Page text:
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To Have Or to Be? is one of the seminal books of the second half of the 20th century. Nothing less than a manifesto for a new social and psychological revolution to save our threatened planet, this book is a summary of the penetrating thought of Eric Fromm. His thesis is that two modes of existence struggle for the spirit of humankind: the having mode, which concentrates on material possessions, power, and aggression, and is the basis of the universal evils of greed, envy, and violence; and the being mode, which is based on love, the pleasure of sharing, and in productive activity. To Have Or to Be? is a brilliant program for socioeconomic change.
The study Karl Barth has generally been excluded from religious studies departments in favour of more liberal theologians such as Tillich. For many years scholar Garrett Green has argued that there is no justification for this neglect. To support his theory that Barth can and should be studied as a religious theorist rather than just a theologian Garrett Green presents a brand new translation of Chapter 17 of Karl Barth's Church Dogmatics prefaced by a detailed introduction to the text. This important new translation counters the idea that Barth rejected the notion of religion out of hand by correcting a number errors in the original version which obscure Barth's central argument. In particular the crucial word, Aufhebung, in the title is translated here as sublimation rather than abolition. The translation will do better justice to the German original and will be more accessible to contemporary readers. Unlike the original version, all Greek, Latin and Hebrew citations are translated into English, and the NRSV is used for the Bible quotes rather than the King James. The translation is accompanied by a text by Garrett Green introducing the scholar and student to Barth as a religious theorist. The book concludes with appendices containing teaching materials and a summary of developed by the author in the classroom over years.
How many times do we hear the statement 'It's not for me to judge'? It conveys one of the most popular ideas of our time: that to make judgements of others is essentially wrong. In this classic text, the renowned moral philosopher Mary Midgely turns a spotlight on the ever popular stance in society that we should not make moral judgements on others. Guiding the reader through the diverse approaches to this complex subject, she interrogates our strong beliefs about such things as the value of freedom that underlie our scepticism about making moral judgements. She shows how the question of whether or not we can make these judgements must inevitably affect our attitudes not only to the law and its institutions but also to events that occur in our daily lives, and suggests that mistrust of moral judgements may be making life even harder for us than it would be otherwise. The texts and philosophers discussed range from Nietzsche and Sartre to P.D. James and the Bhagavad Gita. The Bloomsbury Revelations edition includes a new preface from the author.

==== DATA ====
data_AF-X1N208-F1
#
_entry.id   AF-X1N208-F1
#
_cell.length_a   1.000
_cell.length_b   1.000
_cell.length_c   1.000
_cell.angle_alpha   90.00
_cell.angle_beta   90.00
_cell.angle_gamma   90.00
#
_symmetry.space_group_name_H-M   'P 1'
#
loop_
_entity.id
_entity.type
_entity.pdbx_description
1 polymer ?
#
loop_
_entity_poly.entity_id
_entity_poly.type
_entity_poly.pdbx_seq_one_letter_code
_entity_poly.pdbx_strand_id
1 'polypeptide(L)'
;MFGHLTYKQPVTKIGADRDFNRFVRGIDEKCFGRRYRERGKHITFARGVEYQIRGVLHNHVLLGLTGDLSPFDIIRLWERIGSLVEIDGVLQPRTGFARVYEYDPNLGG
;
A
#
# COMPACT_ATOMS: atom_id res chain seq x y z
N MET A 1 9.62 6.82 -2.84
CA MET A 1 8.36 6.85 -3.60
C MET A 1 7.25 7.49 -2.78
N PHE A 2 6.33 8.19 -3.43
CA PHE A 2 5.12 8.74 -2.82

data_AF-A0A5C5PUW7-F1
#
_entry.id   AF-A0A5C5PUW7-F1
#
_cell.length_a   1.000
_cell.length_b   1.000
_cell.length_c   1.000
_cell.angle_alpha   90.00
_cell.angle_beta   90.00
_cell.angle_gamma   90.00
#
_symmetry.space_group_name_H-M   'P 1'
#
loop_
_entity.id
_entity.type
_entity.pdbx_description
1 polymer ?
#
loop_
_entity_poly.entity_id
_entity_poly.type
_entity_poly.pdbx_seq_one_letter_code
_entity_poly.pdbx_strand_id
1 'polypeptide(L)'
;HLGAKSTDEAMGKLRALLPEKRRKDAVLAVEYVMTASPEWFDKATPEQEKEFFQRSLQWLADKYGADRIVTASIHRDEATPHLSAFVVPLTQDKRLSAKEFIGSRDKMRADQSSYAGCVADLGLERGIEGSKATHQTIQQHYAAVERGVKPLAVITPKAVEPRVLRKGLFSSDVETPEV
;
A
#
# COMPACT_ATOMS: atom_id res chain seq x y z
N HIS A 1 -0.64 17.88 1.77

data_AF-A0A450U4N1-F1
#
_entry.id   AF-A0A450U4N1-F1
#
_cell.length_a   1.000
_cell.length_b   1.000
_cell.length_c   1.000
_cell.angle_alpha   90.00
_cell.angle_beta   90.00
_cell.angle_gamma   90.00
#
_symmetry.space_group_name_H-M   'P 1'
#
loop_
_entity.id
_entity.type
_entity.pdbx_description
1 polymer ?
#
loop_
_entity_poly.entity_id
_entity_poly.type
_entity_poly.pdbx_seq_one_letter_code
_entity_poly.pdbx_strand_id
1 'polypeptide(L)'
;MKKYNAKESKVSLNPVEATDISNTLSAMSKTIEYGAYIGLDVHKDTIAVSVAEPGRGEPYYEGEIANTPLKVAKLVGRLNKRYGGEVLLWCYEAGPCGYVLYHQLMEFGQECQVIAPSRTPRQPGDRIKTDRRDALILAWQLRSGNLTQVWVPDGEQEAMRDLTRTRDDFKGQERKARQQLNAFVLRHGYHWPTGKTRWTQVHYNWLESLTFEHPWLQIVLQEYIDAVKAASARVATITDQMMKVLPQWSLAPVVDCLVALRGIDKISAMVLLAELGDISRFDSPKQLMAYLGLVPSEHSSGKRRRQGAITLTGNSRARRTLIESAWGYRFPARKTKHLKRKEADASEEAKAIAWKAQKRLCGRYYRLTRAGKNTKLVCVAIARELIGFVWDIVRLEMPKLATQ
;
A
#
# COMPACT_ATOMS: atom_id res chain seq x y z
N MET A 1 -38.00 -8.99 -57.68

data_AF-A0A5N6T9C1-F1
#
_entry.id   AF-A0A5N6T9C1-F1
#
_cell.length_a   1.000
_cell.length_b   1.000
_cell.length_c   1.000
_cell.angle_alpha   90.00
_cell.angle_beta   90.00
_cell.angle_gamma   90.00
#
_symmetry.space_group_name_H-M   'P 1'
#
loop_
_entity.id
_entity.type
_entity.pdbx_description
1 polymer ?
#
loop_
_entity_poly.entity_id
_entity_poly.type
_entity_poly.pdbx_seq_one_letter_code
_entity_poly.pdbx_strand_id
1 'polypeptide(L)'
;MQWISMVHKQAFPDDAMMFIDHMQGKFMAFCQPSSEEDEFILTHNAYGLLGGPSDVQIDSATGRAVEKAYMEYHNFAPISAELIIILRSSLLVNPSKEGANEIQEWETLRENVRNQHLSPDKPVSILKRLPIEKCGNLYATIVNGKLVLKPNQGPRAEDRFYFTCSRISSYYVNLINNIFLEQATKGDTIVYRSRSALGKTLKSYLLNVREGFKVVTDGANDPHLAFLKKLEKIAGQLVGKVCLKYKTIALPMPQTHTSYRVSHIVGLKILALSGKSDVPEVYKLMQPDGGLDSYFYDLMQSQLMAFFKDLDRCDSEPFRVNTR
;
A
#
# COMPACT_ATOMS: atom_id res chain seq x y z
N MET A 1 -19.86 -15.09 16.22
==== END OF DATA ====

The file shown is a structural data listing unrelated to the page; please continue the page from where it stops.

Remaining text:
Paulo Freire outlines the revolutionary principles behind the educational methods that have made him one of the 20th century's most influential education theorists.
In this influential sequence of linked interviews, Ranciere explores the interplay of art and politics.
Faced with political scandal, broken promises and the seeming impotence of governments in the face of economic globalization, cynicism about politics is rampant in the established democracies of the west. Meanwhile, the ‘Arab Spring' of 2011 saw people out on the streets willing to put their lives on the line for the sake of the very political freedoms others took for granted. Against this backdrop, Bernard Crick's classic In Defence of Politics remains as important and inspiring a read as ever. First published in 1962 and regularly revised up until its final edition in 2002, this book argues passionately that politics - however messy and complex it might be and for all its seeming compromises and bitter divisions - is a vital freedom that we take for granted at our peril. It is also a freedom that must be constantly defended against the pressures of narrow ideologies, small-minded national self-interest and the short term populism of career politicians.
Desiderius Eramsus (1466/9-1536) was the most renowned scholar of his age, a celebrated humanist and Classicist, and the first teacher of Greek at Cambridge. An influential figure in the Protestant Reformation, though without ever breaking from the Church himself, he satirised both human folly and the corruption of the Church. Martin Luther (1483-1546) was the founder of the German Reformation. His 95 Theses became a manifesto for reform of the Catholic Church and led to his being tried for heresy. He remained in Germany, Professor of Biblical Exegesis at the University of Wittenburg, until his death, publishing a large number of works, including three major treatises and a translation of the New Testament into German. Comprising Erasmus's "The Free Will" and Luther's "The Bondage of the Will", Discourse on Free Will is a landmark text in the history of Protestantism. Encapsulating the perspective on free will of two of the most important figures in the history of Christianity, it remains to this day a powerful, thought-provoking and timely work.

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